Step Inside a New Jersey Antiques Shop Full of Ephemera Spanning Three Centuries

blown glass decanters china on shelves
Stephen Kent Johnson

Larry Becker and Roger Crowley are educators as much as antiquarians. At Welbourne Robinson, the elegant little shop they opened last fall in an 1870s Colonial Vernacular house in Hopewell, New Jersey, they often bring out illustrated books on history, art, and style to provide customers with context for their 18th-, 19th-, and 20th-century European and American antiques. When visitors have questions about the provenance of an item—say, a French magnifying mirror, or a German églomisé silhouette portrait—the pair consult handwritten notebooks chockablock with factoids, which they keep in a Biedermeier elm-wood writing table. "We're discerning about what we sell, and want people to appreciate the quality and level of craftsmanship," says Crowley, who has a master's degree from the Princeton University School of Architecture.

While Crowley focuses on history, Becker creates stunning displays. For more than three decades, he was one of Manhattan's most exclusive florists, and his Upper East Side storefront was filled with handblown English and European glass vessels that were collected for his arrangements. When styling the vignettes at the new shop, Becker calls on his flower-arranging skills. "It's important that there is physical space between objects, and a balance between lightness and heaviness," he says. "With flowers, I have to be careful about proportion and size, making sure that they look comfortable. It's really about adjusting until things look right."

To his partner, Becker's instincts are unerring. "Larry puts objects into conversation with one another, creating collages with compositional balance," Crowley says. "He plays with them in a way that has nothing to do with history, that is very modern. We don't want to be stuck in some romantic past. We're saying these antiques can be alive in the modern world."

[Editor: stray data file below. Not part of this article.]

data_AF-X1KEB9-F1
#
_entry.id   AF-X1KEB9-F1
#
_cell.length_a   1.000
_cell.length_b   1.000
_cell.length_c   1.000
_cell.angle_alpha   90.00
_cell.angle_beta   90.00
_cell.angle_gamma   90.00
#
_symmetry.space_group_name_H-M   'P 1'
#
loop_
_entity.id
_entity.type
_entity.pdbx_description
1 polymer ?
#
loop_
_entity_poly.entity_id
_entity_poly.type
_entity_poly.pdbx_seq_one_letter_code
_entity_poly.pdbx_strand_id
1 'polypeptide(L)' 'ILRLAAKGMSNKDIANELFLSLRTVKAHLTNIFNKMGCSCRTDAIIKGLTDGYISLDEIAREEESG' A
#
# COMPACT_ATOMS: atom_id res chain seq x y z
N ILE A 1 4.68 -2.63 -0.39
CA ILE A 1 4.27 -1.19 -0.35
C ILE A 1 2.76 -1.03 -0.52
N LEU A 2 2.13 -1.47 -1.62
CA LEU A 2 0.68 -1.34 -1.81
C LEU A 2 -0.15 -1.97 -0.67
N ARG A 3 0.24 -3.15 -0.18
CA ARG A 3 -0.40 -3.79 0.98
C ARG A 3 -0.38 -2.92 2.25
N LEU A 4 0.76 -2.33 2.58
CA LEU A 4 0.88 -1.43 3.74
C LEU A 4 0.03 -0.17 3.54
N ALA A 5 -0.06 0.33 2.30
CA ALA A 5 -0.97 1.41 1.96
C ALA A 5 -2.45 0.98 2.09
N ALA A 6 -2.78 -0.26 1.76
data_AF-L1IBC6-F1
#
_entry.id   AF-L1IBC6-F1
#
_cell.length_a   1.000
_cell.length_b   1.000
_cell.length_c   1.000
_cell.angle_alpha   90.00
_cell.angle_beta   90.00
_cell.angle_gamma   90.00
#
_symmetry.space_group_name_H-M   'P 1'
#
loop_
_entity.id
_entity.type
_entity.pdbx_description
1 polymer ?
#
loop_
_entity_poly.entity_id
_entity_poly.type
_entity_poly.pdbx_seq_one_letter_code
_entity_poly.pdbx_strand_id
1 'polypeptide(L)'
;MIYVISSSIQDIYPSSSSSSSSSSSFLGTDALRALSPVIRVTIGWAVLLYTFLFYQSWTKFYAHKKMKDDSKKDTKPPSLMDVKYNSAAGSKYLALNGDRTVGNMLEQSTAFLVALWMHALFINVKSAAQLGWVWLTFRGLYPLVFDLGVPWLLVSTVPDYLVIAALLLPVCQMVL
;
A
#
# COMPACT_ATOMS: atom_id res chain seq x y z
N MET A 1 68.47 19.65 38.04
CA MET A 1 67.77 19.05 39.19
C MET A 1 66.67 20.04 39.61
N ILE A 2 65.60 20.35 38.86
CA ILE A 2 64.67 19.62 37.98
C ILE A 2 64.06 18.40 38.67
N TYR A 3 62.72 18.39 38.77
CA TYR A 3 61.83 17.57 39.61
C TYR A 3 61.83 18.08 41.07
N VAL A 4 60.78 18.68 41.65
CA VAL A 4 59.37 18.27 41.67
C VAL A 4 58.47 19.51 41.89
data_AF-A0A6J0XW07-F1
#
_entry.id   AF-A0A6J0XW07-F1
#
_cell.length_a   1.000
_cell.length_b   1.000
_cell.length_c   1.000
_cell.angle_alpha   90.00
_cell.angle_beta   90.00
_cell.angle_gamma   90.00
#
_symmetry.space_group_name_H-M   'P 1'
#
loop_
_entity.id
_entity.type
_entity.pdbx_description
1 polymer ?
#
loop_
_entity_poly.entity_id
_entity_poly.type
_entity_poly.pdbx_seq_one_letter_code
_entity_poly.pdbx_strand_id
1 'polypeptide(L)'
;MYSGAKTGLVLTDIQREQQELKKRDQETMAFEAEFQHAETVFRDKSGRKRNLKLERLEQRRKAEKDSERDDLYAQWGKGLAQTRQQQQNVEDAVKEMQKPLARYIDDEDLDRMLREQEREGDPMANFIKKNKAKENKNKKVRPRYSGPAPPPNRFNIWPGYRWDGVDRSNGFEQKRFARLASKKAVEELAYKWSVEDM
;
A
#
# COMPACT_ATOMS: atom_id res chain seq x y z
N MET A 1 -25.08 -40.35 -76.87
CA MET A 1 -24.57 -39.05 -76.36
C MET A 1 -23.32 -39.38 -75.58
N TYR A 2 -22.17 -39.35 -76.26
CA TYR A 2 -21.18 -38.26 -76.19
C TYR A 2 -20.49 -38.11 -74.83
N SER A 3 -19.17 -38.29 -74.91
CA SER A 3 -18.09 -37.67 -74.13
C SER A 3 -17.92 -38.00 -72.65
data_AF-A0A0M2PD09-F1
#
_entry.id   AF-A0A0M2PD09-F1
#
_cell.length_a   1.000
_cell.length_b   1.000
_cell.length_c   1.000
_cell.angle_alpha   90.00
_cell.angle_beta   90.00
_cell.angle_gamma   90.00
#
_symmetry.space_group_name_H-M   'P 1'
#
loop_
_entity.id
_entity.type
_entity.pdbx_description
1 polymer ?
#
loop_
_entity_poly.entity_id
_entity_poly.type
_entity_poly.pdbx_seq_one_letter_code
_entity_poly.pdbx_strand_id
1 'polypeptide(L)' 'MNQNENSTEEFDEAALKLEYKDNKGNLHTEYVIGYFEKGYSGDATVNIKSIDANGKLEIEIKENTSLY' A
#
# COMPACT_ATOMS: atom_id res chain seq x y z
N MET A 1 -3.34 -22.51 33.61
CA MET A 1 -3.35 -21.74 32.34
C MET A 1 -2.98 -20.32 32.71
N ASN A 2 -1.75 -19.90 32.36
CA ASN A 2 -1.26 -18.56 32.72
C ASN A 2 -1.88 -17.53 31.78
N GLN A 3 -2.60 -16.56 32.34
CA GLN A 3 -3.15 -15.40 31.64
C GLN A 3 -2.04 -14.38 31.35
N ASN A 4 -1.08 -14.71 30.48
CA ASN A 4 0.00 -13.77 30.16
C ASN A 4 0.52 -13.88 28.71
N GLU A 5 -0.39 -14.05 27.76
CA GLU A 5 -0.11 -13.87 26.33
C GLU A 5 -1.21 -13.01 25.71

At the beginning of the pandemic, Becker shuttered his flower business and Crowley closed his design studio; they relocated from New York City to Hopewell, where they have been renovating a small 1930s Italianate villa for decades, and found a house in the center of town where they could open a store. "For young people, we're a curiosity shop," says Crowley, who is optimistic that a generation raised on midcentury modernism will come to appreciate the timelessness of antiques. "We hope to teach them and capture their imagination."

Here, blown-glass pieces from the 1700s and 1800s— including an English decanter (middle shelf, far right) and a flip glass (a flared, sometimes engraved vessel for making a drink called a flip) with a perfume flask placed inside (middle shelf, center)—commingle with 19th-century French Choisy creamware dessert plates. The two weightier terra-cotta-colored items, a mid- 19th-century Staffordshire chalcedony glazed jug and an Italian bust of Zeus-Ammon from the 1800s, accentuate the delicacy of the other ceramics and glass.

01 of 06

First Glance

doorway radial sconce with hepplewhite serving table